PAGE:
Inter-population plasticity in growth and reproduction of invasive bleak, Alburnus alburnus (Cyprinidae, Actinopterygii), in northeastern Iberian Peninsula.
Key words: back-calculation, body condition, non-native fish, sex-ratio, sexual maturity
One of the more relatively recent arrivals in the Iberian Peninsula is the bleak Alburnus alburnus (L., 1758), a cyprinid species native to most of Europe, from the Pyrenees to the Urals. In the native area, bleak inhabit lakes or still waters in medium-large rivers and feed chiefly on zooplankton (Freyhof & Kottelat 2008). In the Iberian Peninsula, this species was mainly introduced in reservoirs during the 1990s as a "forage fish" for non-native piscivores such as northern pike Esox lucius L., 1758, largemouth bass Micropterus salmoides (Lacepede, 1802) or pikeperch Sander lucioperca (L., 1758) (Vinyoles et al. 2007). Since its introduction, the bleak has displayed a strong invasive character throughout Iberian fresh waters and it is potentially dangerous for the highly endemic fish fauna, mainly via competition and aggression (Leunda 2010). However, the only information available on this species in the Iberian Peninsula simply addresses its distribution (Vinyoles et al. 2007) or size structure (Almeida et al. 2014).
In particular, growth and reproduction are important traits of fish life-history, which can show wide phenotypic plasticity under contrasting local conditions (e.g. Fox & Crivelli 2001, Tarkan et al. 2010). However, no data on growth or reproduction of invasive bleak is known to exist for the Iberian Peninsula. Furthermore, studies of bleak autecology in this region are mainly focused on reservoirs, with few data from water courses (Almeida et al. 2014). Therefore, information in the present paper is highly relevant to understand invasion features of this fish species in the Mediterranean region of Europe.
Consequently, the aim of the present study was to assess the inter-population plasticity of bleak under variable local conditions in Mediterranean fresh waters. For this purpose, bleak populations were compared across selected Iberian streams showing similar environmental conditions at the regional scale. Specifically, the following population parameters were examined: back-calculated length at ages, growth rate, body condition, reproductive investment, length/age at maturity and sex-ratio.
Material and Methods
Bleak populations were sampled in four small water courses (i.e. streams, < 100 km river length), that are located at < 250 m a.s.l. in Catalonia (northeastern Iberian Peninsula) and drain into the Mediterranean Sea (from North to South): Muga, Fluvia, Cardener and Foix. These study streams were selected because they are geographically in close proximity to each other (latitude = 41[degrees]19'-42[degrees]16' N, maximum distance [approximately equal to]120 km) and, at the regional scale, possess similar fish assemblages, limnology and geomorphology, i.e. bed shape, wetted width, fow, substratum composition, riparian vegetation and level of human disturbances (see details in Catalan Water Agency 2015). Bleak abundances were also similar between study streams (CPUE = 7.6-9.6 ind. 100 [m.sup.-2]). All of these conditions allow that variations among bleak populations are more likely to be attributable to environmental factors operating at the local scale (i.e. within stream), such as food supply or habitat availability. Furthermore, the study streams show a typical Mediterranean hydrological regime (i.e. autumn-winter floods and summer droughts) and they can be used as reference systems for assessing the ecological responses of this invasive species where introduced to other fresh waters in the Mediterranean region of Europe (Almeida et al. 2014). A final key point for selection of these water courses is that bleak were introduced in the four streams around the year 2000 and thus, their populations are currently well established and spreading in these habitats (Vinyoles et al. 2007). Consequently, the study populations are at the same "invasion stage" and therefore, this potential effect on the assessed parameters was controlled.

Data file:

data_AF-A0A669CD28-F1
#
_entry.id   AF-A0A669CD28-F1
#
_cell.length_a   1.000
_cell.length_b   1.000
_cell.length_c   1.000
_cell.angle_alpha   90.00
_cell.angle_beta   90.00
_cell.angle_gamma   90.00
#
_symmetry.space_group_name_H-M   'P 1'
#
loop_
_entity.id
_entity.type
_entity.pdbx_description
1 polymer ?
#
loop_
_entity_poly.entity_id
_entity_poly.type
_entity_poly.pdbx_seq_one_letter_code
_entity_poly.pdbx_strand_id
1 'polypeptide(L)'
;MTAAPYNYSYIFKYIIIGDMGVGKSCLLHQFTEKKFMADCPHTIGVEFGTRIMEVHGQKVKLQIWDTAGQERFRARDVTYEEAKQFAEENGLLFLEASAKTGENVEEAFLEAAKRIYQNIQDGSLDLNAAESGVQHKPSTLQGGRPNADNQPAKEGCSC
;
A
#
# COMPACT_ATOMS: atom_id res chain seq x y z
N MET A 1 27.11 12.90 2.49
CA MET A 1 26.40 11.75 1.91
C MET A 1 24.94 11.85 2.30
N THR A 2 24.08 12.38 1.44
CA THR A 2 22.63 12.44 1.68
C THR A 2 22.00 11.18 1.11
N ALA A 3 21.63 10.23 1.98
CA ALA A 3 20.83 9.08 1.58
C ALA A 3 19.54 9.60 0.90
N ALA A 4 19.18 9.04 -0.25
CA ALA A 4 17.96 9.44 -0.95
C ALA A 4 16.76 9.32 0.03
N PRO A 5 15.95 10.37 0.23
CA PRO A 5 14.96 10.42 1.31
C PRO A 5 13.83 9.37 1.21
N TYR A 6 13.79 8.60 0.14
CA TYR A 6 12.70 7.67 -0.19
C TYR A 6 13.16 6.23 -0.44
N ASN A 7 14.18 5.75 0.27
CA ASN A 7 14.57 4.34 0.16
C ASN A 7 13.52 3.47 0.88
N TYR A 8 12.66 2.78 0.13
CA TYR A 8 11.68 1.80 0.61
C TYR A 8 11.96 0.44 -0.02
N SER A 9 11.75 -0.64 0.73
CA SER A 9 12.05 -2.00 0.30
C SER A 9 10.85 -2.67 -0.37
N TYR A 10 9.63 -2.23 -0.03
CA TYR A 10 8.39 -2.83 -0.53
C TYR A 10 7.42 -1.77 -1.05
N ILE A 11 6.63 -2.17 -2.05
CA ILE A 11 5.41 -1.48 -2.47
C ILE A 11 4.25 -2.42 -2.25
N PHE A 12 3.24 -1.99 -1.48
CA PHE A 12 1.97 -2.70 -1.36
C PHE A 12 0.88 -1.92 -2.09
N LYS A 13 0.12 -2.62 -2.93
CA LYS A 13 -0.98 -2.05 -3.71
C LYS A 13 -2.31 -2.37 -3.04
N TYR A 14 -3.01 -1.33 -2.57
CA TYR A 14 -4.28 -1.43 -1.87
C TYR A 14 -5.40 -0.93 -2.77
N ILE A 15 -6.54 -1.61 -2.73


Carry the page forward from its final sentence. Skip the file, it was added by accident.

To achieve an accurate assessment of bleak reproductive traits and to avoid any temporal bias across the study streams, fish were collected for two weeks from late May to early June 2012, just before the spawning period of this species in the study area. Bleak were collected along 10 km river (n = 10 sampling sites, one site per km) in the middle reach of each stream by electrofishing (2000 W pulse DC generator at 200-250 V, 2-3 A) and dip nets (1.5 m long pole, 30 cm diameter net, 10 mm mesh size). The sampling method consisted of following a zigzaging and upstream direction at each site (50 m river long, 30 min). To encompass the existing environmental variability, fish were collected from all meso-habitats present in the study streams (i.e. runs, riffles and pools), thus obtaining a representative sample of bleak across the broadest possible body size range from every stream.
After each survey was concluded, to analyse comparable samples of similar number, 80-90 undamaged bleak individuals were stored from each study stream. They were immediately immersed in an overdose solution of anaesthetic (MS-222) for 15 min followed by severance of the spinal cord. Finally, bleak individuals (n = 336: 84, 88, 83 and 81 from Muga, Fluvia, Cardener and Foix streams, respectively) were stored in ice during transport to the laboratory.
On the arrival at the laboratory, bleak were measured for total length (TL, [+ or -]1 mm) and eviscerated weight (We, [+ or -]0.01 g). Also, scale samples were taken from the area between the lateral line and dorsal fin. Then, fish were dissected to determine gender and maturity status in females, which were classified as sexually mature if their ovaries contained yolked eggs (e.g. Tarkan et al. 2009). Reproductive parameters (except for sex-ratio) were analysed in mature females only, as this "fraction" of fish population is the most relevant for the assessment of future viability and subsequent invasiveness in small Mediterranean-type rivers (Vila-Gispert et al. 2005). Therefore, mature females were also measured for gonad weight (Wg, [+ or -]0.1 mg) by using an electronic balance.